Amid the most turbulent chapter of modern history in the UK, somehow it’s got to be business as usual, says Mr Loadlink.
I’m not the only blogger to have sat down of late and wondered where to start.
Europe… no, the world, is in a spin after the staggering Brexit vote last month (June), which means the UK will leave the European Union. In the wake of the referendum result, our Prime Minister resigned, having led the flawed Remain campaign, while many of the protagonists from team Leave disappeared into the night, shunning political opportunities that the circumstances presented.
Now, we have a new Prime Minister and the opposition party is in turmoil of its own as another leadership race looks certain to reinstate the leader whose unpopularity (among parliamentary members, that is) caused the re-election in the first place. The UK economy is reeling. We don’t even know when we’re actually coming out of the EU. Throughout it all, terrorism, gun crime, Oscar Pistorius, military coups, and more have been ever-present in the headlines. Oh, and the English football team has found itself at an all time low ebb. The manager was sacked and we’ve just named a new one, but that’s so far down the list of talking points nobody even cares.
This isn’t a political blog, but it is an honest one. I’m quite open about that fact that I voted to Remain in the EU. I didn’t hear robust reasons for leaving. For me, there were good reasons to stay. Yes, I understand Europe’s top table wasn’t as efficient as it could have been but my attitude has always been, if you’re not happy with the rules of a club, get on the committee and change it—don’t give up and walk away. I’m also a believer of making the best of a hand of cards, however, so we must look forward, which is really the crux of this blog. In the short term we do so as an exporter with slightly more favourably exchange rates, and while I think the longer term impact will be much harder felt, Leave and Remain campers have got to share the same fire to keep warm.
The referendum result was still sinking in when, just four days later, England were knocked out of the European Championships in France by Iceland. Yes, ICELAND. Withered, droopy-eyed manager Roy Hodgson understandably took a lot of the blame. It’s destroyed his career and he’s barely been seen or heard from since. Albeit a millionaire as a result of having the job, he’ll probably never be the same again. But I wonder if too much of the responsibility was placed upon his increasing sunken shoulders.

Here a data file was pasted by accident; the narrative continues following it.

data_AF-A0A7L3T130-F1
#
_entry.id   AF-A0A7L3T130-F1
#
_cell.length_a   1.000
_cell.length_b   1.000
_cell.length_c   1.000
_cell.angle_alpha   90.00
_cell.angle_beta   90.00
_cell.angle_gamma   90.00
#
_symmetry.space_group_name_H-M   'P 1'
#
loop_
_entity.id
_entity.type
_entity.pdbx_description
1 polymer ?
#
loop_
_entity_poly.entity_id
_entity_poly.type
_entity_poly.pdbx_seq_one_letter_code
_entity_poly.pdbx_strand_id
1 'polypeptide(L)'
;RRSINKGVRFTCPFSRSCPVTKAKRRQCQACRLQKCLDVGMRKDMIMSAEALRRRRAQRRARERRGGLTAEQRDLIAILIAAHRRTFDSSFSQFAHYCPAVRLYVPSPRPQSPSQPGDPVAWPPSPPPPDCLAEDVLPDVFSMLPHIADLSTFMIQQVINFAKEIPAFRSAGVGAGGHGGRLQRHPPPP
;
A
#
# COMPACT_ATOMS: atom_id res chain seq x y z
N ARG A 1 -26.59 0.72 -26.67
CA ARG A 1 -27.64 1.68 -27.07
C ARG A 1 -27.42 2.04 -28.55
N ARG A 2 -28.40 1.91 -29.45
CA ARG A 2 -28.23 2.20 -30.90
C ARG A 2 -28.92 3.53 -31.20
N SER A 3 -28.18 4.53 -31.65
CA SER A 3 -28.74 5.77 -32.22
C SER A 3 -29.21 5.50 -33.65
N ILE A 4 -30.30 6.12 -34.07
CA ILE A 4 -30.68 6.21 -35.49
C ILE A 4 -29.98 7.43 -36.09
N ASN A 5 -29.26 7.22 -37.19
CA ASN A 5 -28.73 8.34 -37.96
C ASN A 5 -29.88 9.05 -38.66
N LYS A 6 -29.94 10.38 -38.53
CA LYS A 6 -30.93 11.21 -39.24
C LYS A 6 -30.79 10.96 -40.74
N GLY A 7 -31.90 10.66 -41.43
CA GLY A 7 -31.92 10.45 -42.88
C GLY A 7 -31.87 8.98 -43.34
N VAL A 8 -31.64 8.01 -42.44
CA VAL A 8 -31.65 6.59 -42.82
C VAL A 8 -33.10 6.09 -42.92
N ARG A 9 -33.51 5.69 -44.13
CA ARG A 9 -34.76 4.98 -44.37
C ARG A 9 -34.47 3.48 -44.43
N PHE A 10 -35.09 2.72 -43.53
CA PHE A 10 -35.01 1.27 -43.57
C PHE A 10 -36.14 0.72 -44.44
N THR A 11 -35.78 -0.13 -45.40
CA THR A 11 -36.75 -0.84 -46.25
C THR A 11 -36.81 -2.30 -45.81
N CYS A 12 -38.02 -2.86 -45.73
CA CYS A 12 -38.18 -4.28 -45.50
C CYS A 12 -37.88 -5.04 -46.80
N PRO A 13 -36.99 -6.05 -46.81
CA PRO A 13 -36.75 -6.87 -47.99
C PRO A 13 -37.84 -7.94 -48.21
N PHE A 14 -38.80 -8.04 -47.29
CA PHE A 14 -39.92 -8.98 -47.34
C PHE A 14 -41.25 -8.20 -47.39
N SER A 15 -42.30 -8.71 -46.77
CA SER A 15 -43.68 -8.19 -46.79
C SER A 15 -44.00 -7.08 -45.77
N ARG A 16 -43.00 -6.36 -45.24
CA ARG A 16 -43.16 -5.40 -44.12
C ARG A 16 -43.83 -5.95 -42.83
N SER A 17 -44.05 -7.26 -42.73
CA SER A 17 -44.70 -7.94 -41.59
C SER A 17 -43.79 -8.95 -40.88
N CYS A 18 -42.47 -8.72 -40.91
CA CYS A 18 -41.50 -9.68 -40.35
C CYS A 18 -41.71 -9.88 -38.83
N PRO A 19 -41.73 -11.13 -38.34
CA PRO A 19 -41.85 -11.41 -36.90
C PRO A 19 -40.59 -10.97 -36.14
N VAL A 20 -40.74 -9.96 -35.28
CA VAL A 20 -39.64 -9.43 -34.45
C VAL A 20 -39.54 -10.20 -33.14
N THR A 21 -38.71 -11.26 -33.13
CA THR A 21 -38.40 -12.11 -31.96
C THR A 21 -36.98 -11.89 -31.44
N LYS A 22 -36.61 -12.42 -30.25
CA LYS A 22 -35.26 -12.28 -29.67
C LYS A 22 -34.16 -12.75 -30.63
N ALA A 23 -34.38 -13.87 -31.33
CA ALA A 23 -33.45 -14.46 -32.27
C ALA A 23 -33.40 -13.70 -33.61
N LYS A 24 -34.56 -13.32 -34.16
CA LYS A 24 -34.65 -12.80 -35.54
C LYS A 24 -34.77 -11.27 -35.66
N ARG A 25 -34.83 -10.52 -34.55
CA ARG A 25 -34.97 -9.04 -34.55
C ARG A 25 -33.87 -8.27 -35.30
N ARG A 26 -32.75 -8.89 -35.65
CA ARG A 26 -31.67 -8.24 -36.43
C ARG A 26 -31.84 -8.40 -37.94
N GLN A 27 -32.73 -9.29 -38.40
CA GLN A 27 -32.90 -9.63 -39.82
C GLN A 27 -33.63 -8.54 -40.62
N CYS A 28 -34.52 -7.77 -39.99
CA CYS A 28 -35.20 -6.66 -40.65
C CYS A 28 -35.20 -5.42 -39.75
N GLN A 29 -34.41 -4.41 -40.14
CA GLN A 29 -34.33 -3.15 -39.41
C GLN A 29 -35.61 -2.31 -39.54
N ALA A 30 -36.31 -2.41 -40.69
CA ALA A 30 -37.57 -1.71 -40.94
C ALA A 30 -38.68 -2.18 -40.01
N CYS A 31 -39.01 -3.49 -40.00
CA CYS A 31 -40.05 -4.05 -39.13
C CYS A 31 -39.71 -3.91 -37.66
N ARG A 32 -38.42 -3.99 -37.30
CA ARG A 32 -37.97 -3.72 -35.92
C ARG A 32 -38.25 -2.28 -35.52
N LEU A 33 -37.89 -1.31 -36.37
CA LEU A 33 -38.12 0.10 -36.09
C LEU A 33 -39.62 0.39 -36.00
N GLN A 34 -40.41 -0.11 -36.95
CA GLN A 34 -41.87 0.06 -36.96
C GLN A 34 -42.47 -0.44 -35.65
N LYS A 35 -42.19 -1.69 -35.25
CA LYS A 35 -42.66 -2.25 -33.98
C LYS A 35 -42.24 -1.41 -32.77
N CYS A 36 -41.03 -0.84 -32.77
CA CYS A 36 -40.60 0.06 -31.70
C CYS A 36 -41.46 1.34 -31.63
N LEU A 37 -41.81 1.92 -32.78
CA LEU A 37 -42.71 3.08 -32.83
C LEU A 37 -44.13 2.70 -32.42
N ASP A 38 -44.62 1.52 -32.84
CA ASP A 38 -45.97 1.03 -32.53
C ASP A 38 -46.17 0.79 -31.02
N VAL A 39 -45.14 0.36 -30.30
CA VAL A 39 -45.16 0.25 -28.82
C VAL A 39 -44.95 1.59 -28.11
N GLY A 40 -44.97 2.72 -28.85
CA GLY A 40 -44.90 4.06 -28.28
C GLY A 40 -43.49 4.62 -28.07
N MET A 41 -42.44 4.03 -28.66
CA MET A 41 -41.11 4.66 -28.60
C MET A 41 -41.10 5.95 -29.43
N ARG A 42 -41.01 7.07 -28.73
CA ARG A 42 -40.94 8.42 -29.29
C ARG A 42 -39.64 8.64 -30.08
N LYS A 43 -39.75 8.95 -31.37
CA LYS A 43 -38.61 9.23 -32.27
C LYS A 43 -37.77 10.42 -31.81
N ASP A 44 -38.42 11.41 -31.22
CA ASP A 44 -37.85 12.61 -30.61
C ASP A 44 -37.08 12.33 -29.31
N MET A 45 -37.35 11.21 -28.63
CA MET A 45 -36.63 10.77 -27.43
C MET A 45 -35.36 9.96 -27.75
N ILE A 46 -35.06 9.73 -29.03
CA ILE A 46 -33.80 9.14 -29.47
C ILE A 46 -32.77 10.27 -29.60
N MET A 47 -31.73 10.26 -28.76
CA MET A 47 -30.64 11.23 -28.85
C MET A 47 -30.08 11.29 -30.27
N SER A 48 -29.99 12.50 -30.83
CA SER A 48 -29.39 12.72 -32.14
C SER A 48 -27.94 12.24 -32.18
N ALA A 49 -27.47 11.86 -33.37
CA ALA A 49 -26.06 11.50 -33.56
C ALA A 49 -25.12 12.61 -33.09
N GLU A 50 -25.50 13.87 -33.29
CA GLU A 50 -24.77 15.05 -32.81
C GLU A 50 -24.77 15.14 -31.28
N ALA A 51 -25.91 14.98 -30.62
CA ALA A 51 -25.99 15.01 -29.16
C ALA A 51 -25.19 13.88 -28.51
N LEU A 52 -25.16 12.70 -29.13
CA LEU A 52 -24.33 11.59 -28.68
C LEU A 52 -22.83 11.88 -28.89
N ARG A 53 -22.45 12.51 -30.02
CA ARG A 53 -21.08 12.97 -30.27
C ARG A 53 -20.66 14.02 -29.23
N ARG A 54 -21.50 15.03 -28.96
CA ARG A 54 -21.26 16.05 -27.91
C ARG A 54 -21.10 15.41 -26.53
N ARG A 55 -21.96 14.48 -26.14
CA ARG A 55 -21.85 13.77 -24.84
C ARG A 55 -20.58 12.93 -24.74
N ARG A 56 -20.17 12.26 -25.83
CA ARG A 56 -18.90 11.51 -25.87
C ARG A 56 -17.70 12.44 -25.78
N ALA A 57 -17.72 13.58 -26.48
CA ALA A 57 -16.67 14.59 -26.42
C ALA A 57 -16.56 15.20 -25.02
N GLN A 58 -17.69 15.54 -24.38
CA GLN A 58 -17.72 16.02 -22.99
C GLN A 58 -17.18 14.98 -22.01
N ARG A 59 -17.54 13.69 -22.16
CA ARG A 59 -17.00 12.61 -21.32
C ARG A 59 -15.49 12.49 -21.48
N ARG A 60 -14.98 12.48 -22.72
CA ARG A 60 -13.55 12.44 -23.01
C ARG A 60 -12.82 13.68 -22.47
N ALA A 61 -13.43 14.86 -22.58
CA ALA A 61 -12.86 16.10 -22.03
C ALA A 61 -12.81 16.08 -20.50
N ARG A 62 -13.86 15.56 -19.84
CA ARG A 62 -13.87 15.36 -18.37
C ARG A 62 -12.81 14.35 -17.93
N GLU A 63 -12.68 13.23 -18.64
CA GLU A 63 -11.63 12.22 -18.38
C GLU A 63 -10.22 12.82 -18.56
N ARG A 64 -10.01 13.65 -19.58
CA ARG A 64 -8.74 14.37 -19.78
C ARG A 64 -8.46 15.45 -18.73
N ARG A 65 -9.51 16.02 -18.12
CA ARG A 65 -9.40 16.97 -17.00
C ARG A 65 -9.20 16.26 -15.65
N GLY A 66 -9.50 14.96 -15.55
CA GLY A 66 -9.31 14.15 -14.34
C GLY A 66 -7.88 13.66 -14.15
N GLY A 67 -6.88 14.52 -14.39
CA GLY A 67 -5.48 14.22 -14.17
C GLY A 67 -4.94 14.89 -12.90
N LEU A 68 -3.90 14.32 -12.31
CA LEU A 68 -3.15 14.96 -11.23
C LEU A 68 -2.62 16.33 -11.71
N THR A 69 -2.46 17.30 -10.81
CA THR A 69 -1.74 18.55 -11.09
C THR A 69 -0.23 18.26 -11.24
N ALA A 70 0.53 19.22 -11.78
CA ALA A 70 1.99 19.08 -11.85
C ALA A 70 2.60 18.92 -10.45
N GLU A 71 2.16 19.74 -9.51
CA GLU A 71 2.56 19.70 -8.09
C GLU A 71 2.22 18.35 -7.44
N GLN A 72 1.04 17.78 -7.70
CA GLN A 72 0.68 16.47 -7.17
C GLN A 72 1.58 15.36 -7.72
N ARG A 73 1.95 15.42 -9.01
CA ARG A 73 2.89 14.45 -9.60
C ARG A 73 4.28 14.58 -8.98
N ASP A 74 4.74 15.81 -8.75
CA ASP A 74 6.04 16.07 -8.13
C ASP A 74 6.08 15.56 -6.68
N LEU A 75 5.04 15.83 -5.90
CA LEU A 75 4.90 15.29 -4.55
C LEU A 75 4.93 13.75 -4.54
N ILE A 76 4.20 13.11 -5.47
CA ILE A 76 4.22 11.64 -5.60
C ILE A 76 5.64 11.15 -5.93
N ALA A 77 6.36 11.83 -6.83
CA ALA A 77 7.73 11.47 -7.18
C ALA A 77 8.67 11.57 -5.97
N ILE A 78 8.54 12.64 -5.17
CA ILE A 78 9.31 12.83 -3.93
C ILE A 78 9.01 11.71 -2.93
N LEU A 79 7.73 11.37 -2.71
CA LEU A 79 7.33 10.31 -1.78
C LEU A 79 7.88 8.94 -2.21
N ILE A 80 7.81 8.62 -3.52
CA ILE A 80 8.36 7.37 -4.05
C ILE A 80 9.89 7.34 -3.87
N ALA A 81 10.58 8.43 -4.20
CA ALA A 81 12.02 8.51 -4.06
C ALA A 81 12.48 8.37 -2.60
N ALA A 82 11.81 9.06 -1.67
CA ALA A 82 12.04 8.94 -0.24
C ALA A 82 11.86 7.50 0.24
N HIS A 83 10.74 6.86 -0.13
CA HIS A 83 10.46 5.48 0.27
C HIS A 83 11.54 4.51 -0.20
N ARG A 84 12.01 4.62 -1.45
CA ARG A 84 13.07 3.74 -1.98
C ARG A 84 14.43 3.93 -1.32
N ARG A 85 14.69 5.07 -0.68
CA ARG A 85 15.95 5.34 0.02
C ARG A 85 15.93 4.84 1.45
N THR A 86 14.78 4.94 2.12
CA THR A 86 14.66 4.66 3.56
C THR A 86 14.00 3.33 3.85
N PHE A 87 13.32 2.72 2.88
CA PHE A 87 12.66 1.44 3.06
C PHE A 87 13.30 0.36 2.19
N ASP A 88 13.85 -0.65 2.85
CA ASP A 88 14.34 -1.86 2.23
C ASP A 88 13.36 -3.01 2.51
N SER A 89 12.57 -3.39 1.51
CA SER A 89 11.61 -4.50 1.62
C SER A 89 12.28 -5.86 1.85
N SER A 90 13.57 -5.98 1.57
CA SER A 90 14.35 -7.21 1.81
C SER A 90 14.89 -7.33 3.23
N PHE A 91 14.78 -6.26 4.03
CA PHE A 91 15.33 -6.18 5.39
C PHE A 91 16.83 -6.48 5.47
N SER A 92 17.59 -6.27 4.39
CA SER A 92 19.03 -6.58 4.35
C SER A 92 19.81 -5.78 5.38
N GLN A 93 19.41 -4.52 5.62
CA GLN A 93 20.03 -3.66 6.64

Ok, he didn’t know what his best team was (inexplicable), but that was partly down to injuries and the terrible form of some of the players he put his faith in. And therein lies my point. I back myself as a reasonable business leader, or at least a student of business, but I’m only as good as my staff and their willingness to give 100% in quest of the goals they are set. Think how helpless a manager is on the sidelines of a football pitch. They shout and point but other than giving an inspiring half-time team-talk, if players are disinterested and already on their summer holidays mentally, as England’s ‘stars’ clearly were, what can a manager do?
Practice, plan, train, prepare and then practice again, I hear you say. Well, it should have helped and it’s something we believe in at Straightpoint (the plan and train parts anyway). As much of the carnage outlined in my opening paragraph was exploding around us, Wayne Wille, our new North American technical sales manager, was here in the UK to meet the team, learn about our products and participate in planning meetings.
I’ll remember his raised eyebrows as the breaking news stories kept scrolling along the bottom of television screens. I’ll also recall with much amusement his comments as what was supposed to be a routine England victory turned into such a debacle. “This isn’t going to plan, is it?” he asked, as the clock ticked down and Hodgson cowered in the corner of his dugout as though he had been released from a year in solitary confinement only an hour earlier. “No, Wayne, it isn’t!”
Recent history tells us that Straightpoint is more effective at executing plans and has a stronger team ethic than the England football squad. Wayne contributed to our latest 90-day plans and will hopefully prove that our team selection is pretty good too. As Wayne himself told trade media in our press release announcing the recruitment, what separates our range is the breadth and diversity of product. It was important for him to meet our engineers and start to understand the intricacies of that force measurement innovation.